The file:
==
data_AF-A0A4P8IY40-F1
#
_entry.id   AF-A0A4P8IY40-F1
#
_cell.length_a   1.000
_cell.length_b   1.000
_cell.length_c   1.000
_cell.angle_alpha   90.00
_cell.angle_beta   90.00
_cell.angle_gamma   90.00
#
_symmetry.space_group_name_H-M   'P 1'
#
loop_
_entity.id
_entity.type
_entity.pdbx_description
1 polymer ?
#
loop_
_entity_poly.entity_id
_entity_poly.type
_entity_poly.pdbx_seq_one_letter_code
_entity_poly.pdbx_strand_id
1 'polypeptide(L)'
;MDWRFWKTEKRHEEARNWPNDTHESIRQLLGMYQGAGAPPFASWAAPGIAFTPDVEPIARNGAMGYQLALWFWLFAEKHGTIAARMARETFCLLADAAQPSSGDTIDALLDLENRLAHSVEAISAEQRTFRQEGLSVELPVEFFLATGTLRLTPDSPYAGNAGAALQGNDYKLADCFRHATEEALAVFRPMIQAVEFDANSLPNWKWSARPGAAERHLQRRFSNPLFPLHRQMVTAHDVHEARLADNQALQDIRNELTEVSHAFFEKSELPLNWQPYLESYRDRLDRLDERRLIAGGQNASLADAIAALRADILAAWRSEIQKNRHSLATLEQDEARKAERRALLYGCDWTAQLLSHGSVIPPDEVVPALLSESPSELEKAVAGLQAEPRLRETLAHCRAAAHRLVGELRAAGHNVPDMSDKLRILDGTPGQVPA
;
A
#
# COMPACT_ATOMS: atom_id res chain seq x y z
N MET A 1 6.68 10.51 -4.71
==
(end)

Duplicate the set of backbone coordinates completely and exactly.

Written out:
data_AF-A0A4P8IY40-F1
#
_entry.id   AF-A0A4P8IY40-F1
#
_cell.length_a   1.000
_cell.length_b   1.000
_cell.length_c   1.000
_cell.angle_alpha   90.00
_cell.angle_beta   90.00
_cell.angle_gamma   90.00
#
_symmetry.space_group_name_H-M   'P 1'
#
loop_
_entity.id
_entity.type
_entity.pdbx_description
1 polymer ?
#
loop_
_entity_poly.entity_id
_entity_poly.type
_entity_poly.pdbx_seq_one_letter_code
_entity_poly.pdbx_strand_id
1 'polypeptide(L)'
;MDWRFWKTEKRHEEARNWPNDTHESIRQLLGMYQGAGAPPFASWAAPGIAFTPDVEPIARNGAMGYQLALWFWLFAEKHGTIAARMARETFCLLADAAQPSSGDTIDALLDLENRLAHSVEAISAEQRTFRQEGLSVELPVEFFLATGTLRLTPDSPYAGNAGAALQGNDYKLADCFRHATEEALAVFRPMIQAVEFDANSLPNWKWSARPGAAERHLQRRFSNPLFPLHRQMVTAHDVHEARLADNQALQDIRNELTEVSHAFFEKSELPLNWQPYLESYRDRLDRLDERRLIAGGQNASLADAIAALRADILAAWRSEIQKNRHSLATLEQDEARKAERRALLYGCDWTAQLLSHGSVIPPDEVVPALLSESPSELEKAVAGLQAEPRLRETLAHCRAAAHRLVGELRAAGHNVPDMSDKLRILDGTPGQVPA
;
A
#
# COMPACT_ATOMS: atom_id res chain seq x y z
N MET A 1 6.68 10.51 -4.71